I did make a mental note of it all and as luck should have it, Contreras would be following us back to Chicago. The Cubs had just signed on to have the Kane County Cougars as their affiliate. We bought season tickets and attended every game we could. There were quite a few future major league ballplayers on that team: Albert Almora, Jeimer Candelario, Dan Vogelbach, Marco Hernandez, Rob Zastryzny, Felix Pena, Andrew MccKirahan, and, of course, Willson Contreras.
Contreras still managed to find ways to stand out, though not always for the right reasons. I remember him walking halfway out to the pitcher's mound to light shortstop Marco Hernandez up for his lack of effort on a short-hop throw to second -- on a practice throw during the warm-ups between innings.
There was also the time when he blew up Twins prospect Niko Goodrum on a play at the plate. Goodrum was a big kid at 6'3" 200 lbs. with good speed, so he came around 3rd base with a whole lot of momentum. That momentum was stopped in an instant as Contreras, just looking to hold his ground and hold on to the baseball, braced himself as Goodrum crashed face first into those rock solid forearms. Goodrum collapsed to the ground in a heap and had to be revived with smelling salts.
Contreras probably didn't make a lot of friends on the other teams back then but that was not really his concern. Some even accused him of being a dirty player, but that's just not who he was. You were just as likely to find Contreras having fun or joking around before and after the game. Some of our favorite early photos was of Contreras singing and dancing to one of his favorite songs by the bullpen on one of his off days.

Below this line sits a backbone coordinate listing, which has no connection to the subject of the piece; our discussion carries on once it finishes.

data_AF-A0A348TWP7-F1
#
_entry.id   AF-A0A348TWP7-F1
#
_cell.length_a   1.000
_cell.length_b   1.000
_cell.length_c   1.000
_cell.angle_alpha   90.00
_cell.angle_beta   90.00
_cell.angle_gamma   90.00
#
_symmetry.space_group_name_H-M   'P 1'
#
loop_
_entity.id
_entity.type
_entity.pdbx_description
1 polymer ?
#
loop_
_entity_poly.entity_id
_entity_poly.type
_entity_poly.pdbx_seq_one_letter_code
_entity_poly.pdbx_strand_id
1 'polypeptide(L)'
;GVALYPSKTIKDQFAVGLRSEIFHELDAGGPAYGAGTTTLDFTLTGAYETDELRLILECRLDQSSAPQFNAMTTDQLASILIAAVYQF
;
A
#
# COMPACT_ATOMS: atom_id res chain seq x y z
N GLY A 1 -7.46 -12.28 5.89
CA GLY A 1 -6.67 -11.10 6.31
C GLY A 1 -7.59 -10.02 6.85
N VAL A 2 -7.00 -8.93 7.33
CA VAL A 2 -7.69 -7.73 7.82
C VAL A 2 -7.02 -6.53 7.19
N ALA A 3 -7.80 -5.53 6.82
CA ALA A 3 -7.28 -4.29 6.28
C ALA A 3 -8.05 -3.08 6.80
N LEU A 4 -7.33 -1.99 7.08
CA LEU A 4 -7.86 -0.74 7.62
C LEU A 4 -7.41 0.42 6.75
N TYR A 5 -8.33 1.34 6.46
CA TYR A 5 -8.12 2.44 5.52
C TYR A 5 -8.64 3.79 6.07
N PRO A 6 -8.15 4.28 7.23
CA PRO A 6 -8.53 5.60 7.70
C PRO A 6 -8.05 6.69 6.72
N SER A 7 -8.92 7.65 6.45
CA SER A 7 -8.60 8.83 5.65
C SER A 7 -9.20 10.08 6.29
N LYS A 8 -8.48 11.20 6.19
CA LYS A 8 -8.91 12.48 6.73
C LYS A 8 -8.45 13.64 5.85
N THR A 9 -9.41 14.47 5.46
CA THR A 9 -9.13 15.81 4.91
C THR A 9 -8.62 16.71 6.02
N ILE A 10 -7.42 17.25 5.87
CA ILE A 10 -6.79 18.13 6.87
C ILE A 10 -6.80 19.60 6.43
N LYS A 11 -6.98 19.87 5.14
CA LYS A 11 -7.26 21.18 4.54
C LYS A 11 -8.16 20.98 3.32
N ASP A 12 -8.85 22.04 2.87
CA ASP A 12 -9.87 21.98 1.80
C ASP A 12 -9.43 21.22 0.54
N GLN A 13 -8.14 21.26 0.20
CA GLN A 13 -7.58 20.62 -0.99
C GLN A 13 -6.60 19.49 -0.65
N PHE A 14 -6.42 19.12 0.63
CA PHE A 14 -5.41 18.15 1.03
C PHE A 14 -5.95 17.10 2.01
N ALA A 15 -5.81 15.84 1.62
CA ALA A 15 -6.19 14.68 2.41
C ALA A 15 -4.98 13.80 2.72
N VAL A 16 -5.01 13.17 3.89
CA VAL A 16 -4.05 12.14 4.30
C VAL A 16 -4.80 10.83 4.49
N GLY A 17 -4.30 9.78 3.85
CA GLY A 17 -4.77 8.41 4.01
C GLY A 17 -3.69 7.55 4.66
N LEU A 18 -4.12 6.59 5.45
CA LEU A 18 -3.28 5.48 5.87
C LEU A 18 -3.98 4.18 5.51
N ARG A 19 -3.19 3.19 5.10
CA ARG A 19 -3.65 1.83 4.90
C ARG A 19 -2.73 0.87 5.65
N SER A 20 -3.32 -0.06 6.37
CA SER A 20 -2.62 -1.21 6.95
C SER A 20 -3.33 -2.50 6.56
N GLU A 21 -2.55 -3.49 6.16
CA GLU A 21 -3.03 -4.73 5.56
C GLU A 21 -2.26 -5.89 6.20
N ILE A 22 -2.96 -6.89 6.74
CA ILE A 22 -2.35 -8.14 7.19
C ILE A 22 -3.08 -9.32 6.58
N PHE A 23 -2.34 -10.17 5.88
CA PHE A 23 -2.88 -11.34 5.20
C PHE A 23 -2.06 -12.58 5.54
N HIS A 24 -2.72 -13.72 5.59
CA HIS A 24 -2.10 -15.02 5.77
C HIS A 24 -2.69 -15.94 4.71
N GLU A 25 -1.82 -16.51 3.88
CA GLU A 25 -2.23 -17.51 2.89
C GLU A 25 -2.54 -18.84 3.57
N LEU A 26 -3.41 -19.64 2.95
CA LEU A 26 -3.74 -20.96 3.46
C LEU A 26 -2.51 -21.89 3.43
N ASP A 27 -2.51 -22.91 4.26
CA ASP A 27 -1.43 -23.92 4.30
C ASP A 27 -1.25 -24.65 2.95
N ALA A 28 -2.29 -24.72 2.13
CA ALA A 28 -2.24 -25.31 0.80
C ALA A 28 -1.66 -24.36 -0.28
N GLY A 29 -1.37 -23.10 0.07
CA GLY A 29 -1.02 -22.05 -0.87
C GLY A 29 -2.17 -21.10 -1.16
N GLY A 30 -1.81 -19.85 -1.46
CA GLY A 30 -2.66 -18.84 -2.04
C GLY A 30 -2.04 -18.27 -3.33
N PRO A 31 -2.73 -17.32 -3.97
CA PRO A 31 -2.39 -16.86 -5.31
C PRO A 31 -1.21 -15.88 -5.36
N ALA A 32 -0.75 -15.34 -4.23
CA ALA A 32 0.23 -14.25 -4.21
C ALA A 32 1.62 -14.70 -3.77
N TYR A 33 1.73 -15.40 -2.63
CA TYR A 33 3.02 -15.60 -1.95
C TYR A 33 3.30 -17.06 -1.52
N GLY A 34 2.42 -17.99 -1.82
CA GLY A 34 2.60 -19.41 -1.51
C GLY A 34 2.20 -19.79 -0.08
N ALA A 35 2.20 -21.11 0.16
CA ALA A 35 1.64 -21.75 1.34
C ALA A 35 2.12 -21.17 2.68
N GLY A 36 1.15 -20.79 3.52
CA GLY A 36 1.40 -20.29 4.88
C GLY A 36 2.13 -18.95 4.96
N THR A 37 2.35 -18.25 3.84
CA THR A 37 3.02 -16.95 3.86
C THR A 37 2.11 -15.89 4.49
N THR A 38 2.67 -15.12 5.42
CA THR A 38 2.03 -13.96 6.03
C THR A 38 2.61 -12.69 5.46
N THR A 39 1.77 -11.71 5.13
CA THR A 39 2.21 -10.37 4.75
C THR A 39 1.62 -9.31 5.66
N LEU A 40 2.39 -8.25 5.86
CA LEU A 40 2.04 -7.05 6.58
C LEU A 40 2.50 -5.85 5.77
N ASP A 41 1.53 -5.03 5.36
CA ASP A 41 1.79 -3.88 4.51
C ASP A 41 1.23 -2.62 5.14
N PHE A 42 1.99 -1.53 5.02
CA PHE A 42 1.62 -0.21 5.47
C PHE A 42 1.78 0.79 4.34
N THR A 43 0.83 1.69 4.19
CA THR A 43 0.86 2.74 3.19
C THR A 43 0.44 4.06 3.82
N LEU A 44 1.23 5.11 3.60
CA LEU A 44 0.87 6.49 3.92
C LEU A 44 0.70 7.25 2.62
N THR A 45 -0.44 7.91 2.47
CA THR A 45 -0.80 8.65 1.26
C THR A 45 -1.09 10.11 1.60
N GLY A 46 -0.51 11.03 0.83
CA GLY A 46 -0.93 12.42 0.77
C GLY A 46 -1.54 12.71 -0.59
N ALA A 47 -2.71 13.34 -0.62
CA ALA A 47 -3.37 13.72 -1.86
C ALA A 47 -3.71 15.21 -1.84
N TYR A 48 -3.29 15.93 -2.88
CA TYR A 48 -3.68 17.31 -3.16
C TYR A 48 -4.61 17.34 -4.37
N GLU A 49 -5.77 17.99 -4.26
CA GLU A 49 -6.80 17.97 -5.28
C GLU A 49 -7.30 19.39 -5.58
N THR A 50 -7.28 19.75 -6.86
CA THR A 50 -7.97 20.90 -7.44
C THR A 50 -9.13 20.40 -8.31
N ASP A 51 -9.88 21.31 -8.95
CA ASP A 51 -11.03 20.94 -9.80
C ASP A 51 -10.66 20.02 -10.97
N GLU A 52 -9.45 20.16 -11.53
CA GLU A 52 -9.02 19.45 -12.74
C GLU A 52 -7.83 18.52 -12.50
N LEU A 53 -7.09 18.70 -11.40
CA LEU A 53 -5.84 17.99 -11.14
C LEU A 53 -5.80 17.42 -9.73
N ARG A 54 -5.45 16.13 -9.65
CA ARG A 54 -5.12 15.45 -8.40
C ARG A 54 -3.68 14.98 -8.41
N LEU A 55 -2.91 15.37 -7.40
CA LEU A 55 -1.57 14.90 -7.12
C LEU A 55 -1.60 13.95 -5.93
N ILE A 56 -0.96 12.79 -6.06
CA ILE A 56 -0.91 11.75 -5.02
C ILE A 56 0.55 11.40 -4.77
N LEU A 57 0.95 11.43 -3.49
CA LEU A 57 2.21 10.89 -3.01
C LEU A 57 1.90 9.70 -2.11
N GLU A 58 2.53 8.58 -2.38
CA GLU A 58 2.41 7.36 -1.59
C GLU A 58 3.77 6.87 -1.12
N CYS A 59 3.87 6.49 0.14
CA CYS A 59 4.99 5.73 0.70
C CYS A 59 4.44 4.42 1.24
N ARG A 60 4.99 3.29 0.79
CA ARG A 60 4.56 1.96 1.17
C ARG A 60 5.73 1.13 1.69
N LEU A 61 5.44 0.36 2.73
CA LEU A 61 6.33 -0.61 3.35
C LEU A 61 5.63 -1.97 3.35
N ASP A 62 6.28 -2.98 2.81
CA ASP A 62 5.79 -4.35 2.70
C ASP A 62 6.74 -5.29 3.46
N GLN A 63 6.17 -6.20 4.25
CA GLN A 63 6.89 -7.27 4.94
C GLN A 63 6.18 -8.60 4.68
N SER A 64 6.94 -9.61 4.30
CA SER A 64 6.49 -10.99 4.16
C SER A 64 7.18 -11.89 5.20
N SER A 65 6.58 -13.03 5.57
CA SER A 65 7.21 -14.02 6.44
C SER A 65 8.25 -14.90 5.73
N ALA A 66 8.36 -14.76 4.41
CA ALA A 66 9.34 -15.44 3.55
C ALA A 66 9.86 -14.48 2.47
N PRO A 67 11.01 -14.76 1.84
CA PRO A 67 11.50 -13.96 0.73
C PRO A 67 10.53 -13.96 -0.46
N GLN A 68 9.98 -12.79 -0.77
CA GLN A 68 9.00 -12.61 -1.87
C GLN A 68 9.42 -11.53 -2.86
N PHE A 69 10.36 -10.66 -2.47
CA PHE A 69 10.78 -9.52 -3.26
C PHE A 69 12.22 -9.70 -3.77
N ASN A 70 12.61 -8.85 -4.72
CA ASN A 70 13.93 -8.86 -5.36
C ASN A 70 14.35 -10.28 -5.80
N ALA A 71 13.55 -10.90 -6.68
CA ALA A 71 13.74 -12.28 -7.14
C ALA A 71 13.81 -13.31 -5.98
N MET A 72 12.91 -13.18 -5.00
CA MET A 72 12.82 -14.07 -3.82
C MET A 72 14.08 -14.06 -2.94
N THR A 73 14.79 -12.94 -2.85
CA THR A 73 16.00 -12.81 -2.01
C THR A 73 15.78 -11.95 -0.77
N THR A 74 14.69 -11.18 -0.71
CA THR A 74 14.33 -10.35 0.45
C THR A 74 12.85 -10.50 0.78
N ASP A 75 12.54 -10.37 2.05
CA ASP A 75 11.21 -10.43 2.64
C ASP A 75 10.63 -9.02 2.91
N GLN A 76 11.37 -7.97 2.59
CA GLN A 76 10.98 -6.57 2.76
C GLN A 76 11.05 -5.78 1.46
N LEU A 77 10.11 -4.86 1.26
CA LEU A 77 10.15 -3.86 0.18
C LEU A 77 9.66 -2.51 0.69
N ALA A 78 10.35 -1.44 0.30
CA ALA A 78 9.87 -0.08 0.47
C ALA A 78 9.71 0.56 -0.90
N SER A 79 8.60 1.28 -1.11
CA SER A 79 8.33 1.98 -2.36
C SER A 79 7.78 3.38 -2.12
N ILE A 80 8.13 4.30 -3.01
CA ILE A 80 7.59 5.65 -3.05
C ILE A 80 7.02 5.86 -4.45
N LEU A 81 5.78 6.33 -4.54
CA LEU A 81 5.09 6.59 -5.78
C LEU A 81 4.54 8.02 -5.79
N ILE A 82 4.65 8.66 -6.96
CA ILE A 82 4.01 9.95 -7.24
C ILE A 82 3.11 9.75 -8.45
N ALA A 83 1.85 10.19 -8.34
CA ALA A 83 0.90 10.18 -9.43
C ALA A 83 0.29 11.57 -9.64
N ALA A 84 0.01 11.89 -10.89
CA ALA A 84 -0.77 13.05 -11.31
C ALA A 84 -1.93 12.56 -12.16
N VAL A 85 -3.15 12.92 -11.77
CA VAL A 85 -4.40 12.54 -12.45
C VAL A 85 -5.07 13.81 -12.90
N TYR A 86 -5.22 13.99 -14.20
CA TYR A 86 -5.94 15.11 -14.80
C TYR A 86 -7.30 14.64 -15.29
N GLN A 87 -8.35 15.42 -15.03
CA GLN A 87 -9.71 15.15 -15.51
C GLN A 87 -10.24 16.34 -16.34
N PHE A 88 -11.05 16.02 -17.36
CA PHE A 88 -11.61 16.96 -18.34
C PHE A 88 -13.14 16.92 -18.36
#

But on the field was different. He just played the game with such competitive fire, such passion to win not just the game, but to come out on top on every single play. My friend Kris Contreras (no relation) who has gotten to know Willson well, said that he took every runner, every attempt to advance a base, personally.
That wasn't always a good thing, however. Like his teammate then and now, Albert Almora, Contreras didn't believe there was a play he could not make. The result was a lot of ill-advised throws and quite a few unforced, unnecessary errors.
In the words of his manger Mark Johnson from an interview two years ago, Contreras was sometimes "too passionate". Not that you can ever have too much passion, but as Johnson went on to explain, Contreras had to learn when there was a play to be made and when it was best to maybe stick that ball in your pocket and learn to live for another play.
And so when Willson Contreras made that daring dash to the plate to score an all important run last night, it was exciting but not surprising to anyone who has followed him closely. It was bold. It was competitive. It was passionate. It was Willson Contreras.
But lost in all the excitement you may have failed to notice another play. There was a pitch that bounced to the plate in the 9th with a runner on first and Contreras managed to block it enough to where it traveled just a short distance away from him. He pounced on it quickly but the runner, Freddy Galvis, has pretty good speed and got himself a good jump.
Contreras put the ball in his pocket and conceded the base rather than risk a throw on a play that could not be made. The runner ended up being stranded there and the Cubs won the game.
You can be excused if you forgot about that little play. In fact, it's better that you did. That's the kind of play that used to draw Contreras the wrong kind of attention. So because he did not try to make that play in the 9th, we all remember what we should be remembering -- that great baserunning play he did make in the 6th.
And while that passion, that desire to win and make plays, still burns inside as it always has, it was a play Contreras chose not to make that may have been equally important for him and the Cubs.
That is Willson Contreras.
And he has come a long way since those days at Fitch Park and Kane County.